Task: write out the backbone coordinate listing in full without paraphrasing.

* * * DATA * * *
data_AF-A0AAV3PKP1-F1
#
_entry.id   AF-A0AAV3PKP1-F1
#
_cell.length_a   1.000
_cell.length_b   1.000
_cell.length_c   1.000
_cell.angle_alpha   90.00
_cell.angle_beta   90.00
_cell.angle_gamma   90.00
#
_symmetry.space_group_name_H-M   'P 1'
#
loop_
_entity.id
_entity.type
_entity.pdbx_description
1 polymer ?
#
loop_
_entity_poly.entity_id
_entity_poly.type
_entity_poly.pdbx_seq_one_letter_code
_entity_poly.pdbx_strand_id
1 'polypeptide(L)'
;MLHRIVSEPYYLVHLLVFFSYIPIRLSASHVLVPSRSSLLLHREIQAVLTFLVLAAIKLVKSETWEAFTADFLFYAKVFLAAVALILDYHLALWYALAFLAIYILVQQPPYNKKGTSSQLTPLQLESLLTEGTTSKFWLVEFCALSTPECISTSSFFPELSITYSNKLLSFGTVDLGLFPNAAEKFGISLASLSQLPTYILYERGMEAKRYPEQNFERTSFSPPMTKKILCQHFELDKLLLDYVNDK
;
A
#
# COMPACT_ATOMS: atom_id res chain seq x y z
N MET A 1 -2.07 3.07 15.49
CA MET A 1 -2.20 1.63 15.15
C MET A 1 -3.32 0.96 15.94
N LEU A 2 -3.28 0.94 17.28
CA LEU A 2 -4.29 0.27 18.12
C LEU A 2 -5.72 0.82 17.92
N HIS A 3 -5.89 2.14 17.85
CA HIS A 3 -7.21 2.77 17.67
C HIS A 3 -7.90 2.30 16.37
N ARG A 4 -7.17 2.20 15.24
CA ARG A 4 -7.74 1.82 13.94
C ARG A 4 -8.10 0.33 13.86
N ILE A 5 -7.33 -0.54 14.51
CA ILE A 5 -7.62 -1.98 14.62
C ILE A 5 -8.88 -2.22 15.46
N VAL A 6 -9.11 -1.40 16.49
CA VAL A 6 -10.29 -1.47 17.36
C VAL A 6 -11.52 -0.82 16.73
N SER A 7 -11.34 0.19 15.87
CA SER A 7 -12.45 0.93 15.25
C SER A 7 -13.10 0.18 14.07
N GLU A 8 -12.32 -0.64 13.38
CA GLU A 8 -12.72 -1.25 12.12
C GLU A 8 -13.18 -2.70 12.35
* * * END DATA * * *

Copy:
data_AF-A0AAV3PKP1-F1
#
_entry.id   AF-A0AAV3PKP1-F1
#
_cell.length_a   1.000
_cell.length_b   1.000
_cell.length_c   1.000
_cell.angle_alpha   90.00
_cell.angle_beta   90.00
_cell.angle_gamma   90.00
#
_symmetry.space_group_name_H-M   'P 1'
#
loop_
_entity.id
_entity.type
_entity.pdbx_description
1 polymer ?
#
loop_
_entity_poly.entity_id
_entity_poly.type
_entity_poly.pdbx_seq_one_letter_code
_entity_poly.pdbx_strand_id
1 'polypeptide(L)'
;MLHRIVSEPYYLVHLLVFFSYIPIRLSASHVLVPSRSSLLLHREIQAVLTFLVLAAIKLVKSETWEAFTADFLFYAKVFLAAVALILDYHLALWYALAFLAIYILVQQPPYNKKGTSSQLTPLQLESLLTEGTTSKFWLVEFCALSTPECISTSSFFPELSITYSNKLLSFGTVDLGLFPNAAEKFGISLASLSQLPTYILYERGMEAKRYPEQNFERTSFSPPMTKKILCQHFELDKLLLDYVNDK
;
A
#
# COMPACT_ATOMS: atom_id res chain seq x y z
N MET A 1 -2.07 3.07 15.49
CA MET A 1 -2.20 1.63 15.15
C MET A 1 -3.32 0.96 15.94
N LEU A 2 -3.28 0.94 17.28
CA LEU A 2 -4.29 0.27 18.12
C LEU A 2 -5.72 0.82 17.92
N HIS A 3 -5.89 2.14 17.85
CA HIS A 3 -7.21 2.77 17.67
C HIS A 3 -7.90 2.30 16.37
N ARG A 4 -7.17 2.20 15.24
CA ARG A 4 -7.74 1.82 13.94
C ARG A 4 -8.10 0.33 13.86
N ILE A 5 -7.33 -0.54 14.51
CA ILE A 5 -7.62 -1.98 14.62
C ILE A 5 -8.88 -2.22 15.46
N VAL A 6 -9.11 -1.40 16.49
CA VAL A 6 -10.29 -1.47 17.36
C VAL A 6 -11.52 -0.82 16.73
N SER A 7 -11.34 0.19 15.87
CA SER A 7 -12.45 0.93 15.25
C SER A 7 -13.10 0.18 14.07
N GLU A 8 -12.32 -0.64 13.38
CA GLU A 8 -12.72 -1.25 12.12
C GLU A 8 -13.18 -2.70 12.35